In the last few years, the National Australia Day Council (NADC), a not-for-profit government-owned company, has attempted to bring people together around the day with community grants of up to 20,000 Australian dollars ($14,000) for Australia Day events — and an extra 10,000 Australian dollars for functions that include an Indigenous element, for example, cultural performances and smoking ceremonies, where native leaves are burned to cleanse bad spirits.
Karlie Brand, chief executive of NADC, said the extra funding aims to “have the voice of Aboriginal people heard at that local level.”
“It doesn’t have to be a voice that is only seeing Australia Day through the prism of positivity,” she said. “It’s allowed to be a day that is difficult and raw. And it really is for many.”
Bringing people together
In Newcastle in New South Wales, Tracey Hanshaw, from Indigenous rights group Justice Aunties, said she started her annual “Day of Mourning” four years ago to give her community a safe place to go on January 26. “Most Indigenous people do not come out of their houses on this day. They don’t feel safe in the community. This is the day that they are worst at being victimized,” she said.
What started as an event for a few hundred people has since swelled to thousands. “We had 4,000 people there today. It was amazing. All stall holders and artists are already booked in for next year,” Hanshaw, a Awabakal Gaewegal elder, said on Thursday.
In the far western Queensland town of Boulia, Beck Britton had been worried that her attempts to throw an Australia Day party could fall flat. Around 30% of the town’s population of 450 residents are Indigenous.
“Australia Day tends to end up a very cliquey day where there’s not a lot of togetherness outside of free breakfast on the council,” she said, adding that some long-term residents of the town are very resistant to change.
Britton followed her partner, a professional kangaroo-shooter, to the town 15 years ago and recently spent five years living on its outskirts. “The generational trauma that I have just seen in the last five years has been so eye-opening,” she said. “There’s always underlying conflict. It can be quite turbulent, especially around the Christmas period when people don’t have a great deal to do other than to drink.”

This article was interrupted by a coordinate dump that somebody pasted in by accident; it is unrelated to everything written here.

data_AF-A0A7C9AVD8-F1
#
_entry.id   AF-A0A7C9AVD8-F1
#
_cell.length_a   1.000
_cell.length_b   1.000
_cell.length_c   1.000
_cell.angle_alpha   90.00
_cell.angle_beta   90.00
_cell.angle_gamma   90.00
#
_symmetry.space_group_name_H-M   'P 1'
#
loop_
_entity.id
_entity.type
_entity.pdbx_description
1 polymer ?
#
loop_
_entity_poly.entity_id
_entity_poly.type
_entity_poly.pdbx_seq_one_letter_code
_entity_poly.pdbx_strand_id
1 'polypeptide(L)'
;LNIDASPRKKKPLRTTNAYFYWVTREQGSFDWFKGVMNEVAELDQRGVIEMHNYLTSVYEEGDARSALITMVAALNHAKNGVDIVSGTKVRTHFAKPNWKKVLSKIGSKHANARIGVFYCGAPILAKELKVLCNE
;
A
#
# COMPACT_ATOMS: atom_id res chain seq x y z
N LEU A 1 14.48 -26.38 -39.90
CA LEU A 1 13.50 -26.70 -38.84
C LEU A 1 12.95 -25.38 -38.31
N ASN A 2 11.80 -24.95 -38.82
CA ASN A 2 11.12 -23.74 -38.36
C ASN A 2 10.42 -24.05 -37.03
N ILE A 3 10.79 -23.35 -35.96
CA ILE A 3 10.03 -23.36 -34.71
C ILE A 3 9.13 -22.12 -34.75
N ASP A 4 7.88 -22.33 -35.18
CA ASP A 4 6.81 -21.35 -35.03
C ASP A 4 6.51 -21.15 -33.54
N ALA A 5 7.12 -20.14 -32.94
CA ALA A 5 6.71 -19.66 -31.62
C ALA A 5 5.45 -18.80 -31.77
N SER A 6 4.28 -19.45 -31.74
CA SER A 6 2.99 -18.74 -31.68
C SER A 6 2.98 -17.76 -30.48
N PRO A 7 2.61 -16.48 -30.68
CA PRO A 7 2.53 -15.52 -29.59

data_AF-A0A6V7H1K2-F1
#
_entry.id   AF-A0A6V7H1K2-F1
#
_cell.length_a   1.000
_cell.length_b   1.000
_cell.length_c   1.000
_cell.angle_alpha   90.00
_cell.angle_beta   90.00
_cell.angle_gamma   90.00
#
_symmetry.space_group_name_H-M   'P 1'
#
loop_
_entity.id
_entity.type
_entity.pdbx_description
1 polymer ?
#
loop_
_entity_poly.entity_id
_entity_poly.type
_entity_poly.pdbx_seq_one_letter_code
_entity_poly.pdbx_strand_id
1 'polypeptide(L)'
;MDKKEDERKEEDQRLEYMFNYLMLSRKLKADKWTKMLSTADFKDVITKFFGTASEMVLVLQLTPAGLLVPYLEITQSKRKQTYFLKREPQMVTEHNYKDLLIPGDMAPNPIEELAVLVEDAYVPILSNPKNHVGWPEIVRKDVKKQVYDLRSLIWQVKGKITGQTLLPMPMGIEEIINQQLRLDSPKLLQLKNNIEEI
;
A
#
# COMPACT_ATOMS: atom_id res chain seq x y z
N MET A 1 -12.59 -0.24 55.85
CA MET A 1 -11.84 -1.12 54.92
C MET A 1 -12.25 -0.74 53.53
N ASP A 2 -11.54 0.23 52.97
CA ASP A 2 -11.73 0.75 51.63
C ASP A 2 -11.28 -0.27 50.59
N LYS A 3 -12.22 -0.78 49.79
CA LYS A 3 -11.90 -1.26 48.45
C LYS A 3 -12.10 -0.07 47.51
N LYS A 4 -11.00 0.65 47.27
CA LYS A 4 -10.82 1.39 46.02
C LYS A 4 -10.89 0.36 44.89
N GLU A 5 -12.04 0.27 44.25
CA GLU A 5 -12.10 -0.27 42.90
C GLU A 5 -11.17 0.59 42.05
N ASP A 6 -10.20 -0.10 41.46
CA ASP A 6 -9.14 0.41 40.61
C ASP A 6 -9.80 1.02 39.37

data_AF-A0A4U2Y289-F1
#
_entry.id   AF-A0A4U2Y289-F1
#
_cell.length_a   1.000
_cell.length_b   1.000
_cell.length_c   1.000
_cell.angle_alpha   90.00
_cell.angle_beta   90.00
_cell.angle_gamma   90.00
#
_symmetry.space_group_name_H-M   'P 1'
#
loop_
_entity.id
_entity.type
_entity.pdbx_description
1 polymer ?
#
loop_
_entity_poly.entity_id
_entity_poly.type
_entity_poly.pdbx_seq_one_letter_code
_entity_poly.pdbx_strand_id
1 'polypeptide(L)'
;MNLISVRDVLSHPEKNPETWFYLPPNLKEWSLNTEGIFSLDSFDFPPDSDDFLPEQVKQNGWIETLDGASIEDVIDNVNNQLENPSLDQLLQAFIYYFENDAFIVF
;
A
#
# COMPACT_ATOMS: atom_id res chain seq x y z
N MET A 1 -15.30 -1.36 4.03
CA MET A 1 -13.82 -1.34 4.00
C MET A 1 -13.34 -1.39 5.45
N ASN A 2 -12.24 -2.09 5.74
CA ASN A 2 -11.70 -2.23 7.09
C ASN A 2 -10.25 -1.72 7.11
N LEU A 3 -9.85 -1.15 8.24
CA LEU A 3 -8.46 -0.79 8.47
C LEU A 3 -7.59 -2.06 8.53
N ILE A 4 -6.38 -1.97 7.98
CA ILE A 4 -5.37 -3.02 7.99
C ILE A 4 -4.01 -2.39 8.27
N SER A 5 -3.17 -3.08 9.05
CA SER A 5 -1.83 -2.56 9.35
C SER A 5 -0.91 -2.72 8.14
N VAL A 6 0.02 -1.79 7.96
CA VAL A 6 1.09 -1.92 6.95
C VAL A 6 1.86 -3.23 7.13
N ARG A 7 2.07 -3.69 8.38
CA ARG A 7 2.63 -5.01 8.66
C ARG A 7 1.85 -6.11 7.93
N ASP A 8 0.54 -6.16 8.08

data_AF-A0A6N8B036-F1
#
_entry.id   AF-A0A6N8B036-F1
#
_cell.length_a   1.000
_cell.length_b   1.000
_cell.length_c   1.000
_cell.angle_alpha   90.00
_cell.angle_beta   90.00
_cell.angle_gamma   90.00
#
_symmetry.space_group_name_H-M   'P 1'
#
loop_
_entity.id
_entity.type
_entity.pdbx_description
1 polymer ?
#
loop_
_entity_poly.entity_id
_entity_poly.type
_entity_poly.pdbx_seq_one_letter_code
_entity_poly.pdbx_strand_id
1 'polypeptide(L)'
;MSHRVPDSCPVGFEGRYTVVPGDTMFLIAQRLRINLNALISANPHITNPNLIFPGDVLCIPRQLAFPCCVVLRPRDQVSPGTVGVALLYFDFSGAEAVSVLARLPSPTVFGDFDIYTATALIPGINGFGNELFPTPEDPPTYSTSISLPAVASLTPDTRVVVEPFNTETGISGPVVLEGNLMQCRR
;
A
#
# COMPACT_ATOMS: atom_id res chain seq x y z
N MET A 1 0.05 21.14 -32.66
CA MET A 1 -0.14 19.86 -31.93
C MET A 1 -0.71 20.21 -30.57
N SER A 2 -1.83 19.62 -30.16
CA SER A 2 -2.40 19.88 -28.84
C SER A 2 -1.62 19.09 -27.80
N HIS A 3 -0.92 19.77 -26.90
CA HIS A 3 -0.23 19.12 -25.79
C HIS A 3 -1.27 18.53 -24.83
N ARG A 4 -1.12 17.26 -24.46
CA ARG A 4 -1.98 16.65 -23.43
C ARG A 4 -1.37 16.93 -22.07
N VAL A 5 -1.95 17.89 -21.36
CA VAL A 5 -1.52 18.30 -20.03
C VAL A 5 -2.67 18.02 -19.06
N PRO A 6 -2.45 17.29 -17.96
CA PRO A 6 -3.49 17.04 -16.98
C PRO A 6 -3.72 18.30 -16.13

On January 26, she wanted to show her five sons, aged 8 to 16, the value of community spirit, so they set up bins as wickets in the main street for an old-fashioned game of cricket, encouraging players to wear colorful clothes and tutus. More than 150 locals, young and old, Indigenous and non-Indigenous, joined in.
“Some people think it’s just a silly, fluffy event, but there’s always an underlying reason for it,” she said. “Sometimes people use significant days as a platform for bigger issues. And sometimes we just need to step away from that and enjoy each other’s company because at the end of the day, what we all crave is connection.”
It wasn’t formally mentioned at Britton’s community cricket match, but one of the big issues dominating Invasion Day events this year was the upcoming vote on the “Voice to Parliament,” the country’s first referendum in 24 years.
Though the wording is yet to be finalized, the draft asks for a yes or no response to the following question: “Do you support an alteration to the Constitution that establishes an Aboriginal and Torres Strait Islander Voice?”
A yes vote would allow an Indigenous body to be created to advise the Federal Parliament on policies and projects relating to Indigenous people.
Australian Prime Minister Anthony Albanese has implored the nation to say yes despite criticism from political rivals that there’s enough detail for voters to make an informed choice.
“If not now, when will this change occur? And if not the people of Australia this year, who will make this change?” Albanese asked reporters on Thursday. “This is an opportunity for Australia. It’s one that I sincerely hope that Australia doesn’t miss. This is a gracious and generous offer to recognize Aboriginal and Torres Strait Islander peoples as our first peoples.”
But some Indigenous groups say it’s not enough — they want Australia to first end its status as the only Commonwealth country not to have signed a treaty with its Indigenous population.
“We need to end the war that was declared on our people over 200 years ago,” Greens senator Lidia Thorpe, a DjabWurrung Gunnai Gunditjmara woman, told reporters on Thursday.
“Treaty is what will truly unite this nation and everyone in it, and through a treaty we will have something to celebrate.”
But for now, the only offer on the table is for the Voice to Parliament, which came about through a process of consultation with hundreds of diverse Indigenous groups who outlined their wishes in the Uluru Statement from the Heart.
Historian Darian-Smith said the referendum is a “future-defining moment” that gives Australians “one opportunity to really say what we want for the future of our nation” — and that will influence how Australia views its national day.
To pass, the referendum needs to win the majority of votes nationwide, as well as the majority of votes in the majority of states. Only eight of 44 referendums have ever been approved in Australia — and a recent opinion poll shows support for this one is slipping.
Hanshaw, from Justice Aunties, said she’ll vote yes but doesn’t think it’ll pass. “Too many racists and too many First Nations people don’t trust the government,” she said.
At the vigil, Cooper whispers that she plans to vote yes in the referendum and hopes that other allies do, too.
“We’ve waited a hell of a long time already. So I think it’s time. Australia’s mature enough to step up,” she said. “People are ready for change.”